The Three Ways Your Ego Is Getting In The Way Of Your Career
The ego. We all have one. It's healthy to take a little pride in yourself and what you do, but there's a fine line in which it can really screw you over in your career. An inflated ego is something the successful have for good reason, but if you are still working your way up in the world, you haven't even earned it yet.
An inflated ego is typically frowned upon, but when you're at the top of the totem pole in your company, it gives you the ability to tell anyone who disagrees with your egotistical nature to f*ck off.
But as a Millennial, it's likely you're not on top yet. So if you have a big ego, it is actually hurting your chances of becoming successful and burning necessary bridges. I've taken the time to break down three essential keys to obtain a successful career and how your over-inflated ego is detrimental.
We all have to start somewhere, folks. It's a world run by money and you have to work from the bottom, up. Most college graduates believe that working retail, or in the food service, is beneath their qualifications. While you may have the intellect to land a much superior job, you're wrong about being too good for a job in one of these industries.
Especially if your prospective career applies, you need to begin from the bottom of the totem pole in order to gain experience. Everyone who achieves success started someone much lesser than their current position. Find a minimum wage job. Use this job as a stepping-stone until you find something more suitable for a career.
A good friend of mine is in school to become a mechanical engineer. One summer, he had a terrible job working for the department of transportation. He actually worked on the roads dodging semi trucks and such, not to mention, in muggy southern heat. The next summer, he put that on his résumé and landed a job in a coalmine. The job was better and, actually, safer. To boot, it paid a hell of a lot better than his job the previous summer, but he had to spend those months living away from his friends and family, sometimes working 12-hour days.
This most recent summer, because of his experience in the coalmine, along with good grades, he landed a highly regarded internship at Boeing, which was only 20 minutes from his house, with regular hours and great pay. This is pretty much the internship every engineering student dreams of. Previous to Boeing, he put in the blood, sweat, and tears at other strenuous internships in order to get this one. What's the moral of the story? Don't let your ego get too big to believe a little manual labor is beneath you.
Some folks think they are better than everyone else. Well, that may very well be true in some spectrum, but it's far from true in this one. Every individual has their own unique attributes, which give them an advantage in the work environment. You might be generally more intelligent and cultured than one person, but that person might be more resourceful with the tools around them and better with their hands.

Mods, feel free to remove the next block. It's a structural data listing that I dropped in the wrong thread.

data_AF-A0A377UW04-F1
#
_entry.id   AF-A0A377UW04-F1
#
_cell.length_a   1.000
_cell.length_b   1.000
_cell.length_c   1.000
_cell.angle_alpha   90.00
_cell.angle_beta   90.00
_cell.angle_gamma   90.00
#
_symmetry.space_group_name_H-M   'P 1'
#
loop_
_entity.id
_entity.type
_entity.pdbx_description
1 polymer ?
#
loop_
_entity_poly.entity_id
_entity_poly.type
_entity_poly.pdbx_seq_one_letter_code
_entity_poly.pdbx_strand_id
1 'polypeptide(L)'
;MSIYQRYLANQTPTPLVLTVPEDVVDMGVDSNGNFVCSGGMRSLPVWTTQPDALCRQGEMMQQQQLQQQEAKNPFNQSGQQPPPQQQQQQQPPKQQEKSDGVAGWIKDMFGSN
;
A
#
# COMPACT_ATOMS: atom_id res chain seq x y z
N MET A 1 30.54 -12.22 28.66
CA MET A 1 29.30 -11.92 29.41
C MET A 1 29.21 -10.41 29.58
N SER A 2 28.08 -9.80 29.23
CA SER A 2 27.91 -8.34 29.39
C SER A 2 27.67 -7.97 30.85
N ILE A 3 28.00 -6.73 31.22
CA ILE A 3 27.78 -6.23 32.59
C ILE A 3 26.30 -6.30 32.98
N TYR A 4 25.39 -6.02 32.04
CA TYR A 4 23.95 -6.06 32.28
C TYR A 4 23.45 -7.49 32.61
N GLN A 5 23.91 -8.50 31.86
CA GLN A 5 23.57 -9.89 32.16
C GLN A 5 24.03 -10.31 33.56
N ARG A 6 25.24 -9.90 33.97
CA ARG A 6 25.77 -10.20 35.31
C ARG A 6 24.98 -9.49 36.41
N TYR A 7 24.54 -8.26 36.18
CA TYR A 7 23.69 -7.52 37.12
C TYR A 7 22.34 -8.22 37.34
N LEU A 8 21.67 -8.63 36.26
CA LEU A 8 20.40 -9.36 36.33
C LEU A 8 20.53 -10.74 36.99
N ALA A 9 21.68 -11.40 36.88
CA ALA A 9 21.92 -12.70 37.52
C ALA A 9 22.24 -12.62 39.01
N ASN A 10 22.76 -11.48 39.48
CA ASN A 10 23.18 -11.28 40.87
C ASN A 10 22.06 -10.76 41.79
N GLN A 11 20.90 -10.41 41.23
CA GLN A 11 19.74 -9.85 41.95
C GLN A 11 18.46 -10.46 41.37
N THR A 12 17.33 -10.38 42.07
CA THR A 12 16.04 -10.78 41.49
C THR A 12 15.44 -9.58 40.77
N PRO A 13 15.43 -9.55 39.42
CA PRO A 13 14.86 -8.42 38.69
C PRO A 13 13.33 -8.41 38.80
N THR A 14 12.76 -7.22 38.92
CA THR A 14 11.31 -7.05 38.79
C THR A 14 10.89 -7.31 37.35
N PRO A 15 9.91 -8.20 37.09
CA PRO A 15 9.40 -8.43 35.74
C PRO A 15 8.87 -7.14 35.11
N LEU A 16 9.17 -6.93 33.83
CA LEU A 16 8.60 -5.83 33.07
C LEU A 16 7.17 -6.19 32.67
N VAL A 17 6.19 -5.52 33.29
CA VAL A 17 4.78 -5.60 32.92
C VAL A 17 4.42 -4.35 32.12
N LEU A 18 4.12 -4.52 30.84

So don't stick your nose up at anyone, especially for no good reason. People with high egos think they are better than others, and in turn, they burn beneficial bridges. You might not be in the same field, or on the same page as someone else, but it's crucial to your reputation and in gaining respect for yourself to treat everyone else as you wish to be treated.
We all are in this game together, and even if you are playing it solo, you might just need some help along the way. Expand your network and open as many connections as possible.
So an opportunity presents itself; it's not the best, and you think you're too good for it; you think you can do better. You're acting like a pretentious fool. Your dream job isn't going to fall from the sky. Once again, it's all about the journey. You have to take the necessary steps to land that dream job. Consider the pros and cons of every opportunity. If it would be a step in the right direction, take it.
A baby isn't born with an innate talent and learns how to tap dance within the first 15 minutes of life. You need experience. Chances are, if you think you are ready to take on the big dogs, you probably aren't. Take the ladder, instead of trying to jump up to the top. Work your way up to gain the necessary experience and develop the essential skills. Otherwise, you wont make it, you will fall, and you will regret passing up the opportunities that were.
As I said, it's a positive attribute to take pride in yourself and your work. That pride, mixed with tough skin and ambition can take you places. But it's important to realize that the journey is going to be far from picture perfect. We are a generation conditioned by instant gratification and praise. But this is the real world where that doesn't apply.
Learn to be patient. Learn to be humble. Work hard. Be kind. You might think you are something special, and for all I know, you might be. But you have to prove it. In order to prove it, you have to work for it.
Top Photo Courtesy: DJ Storm
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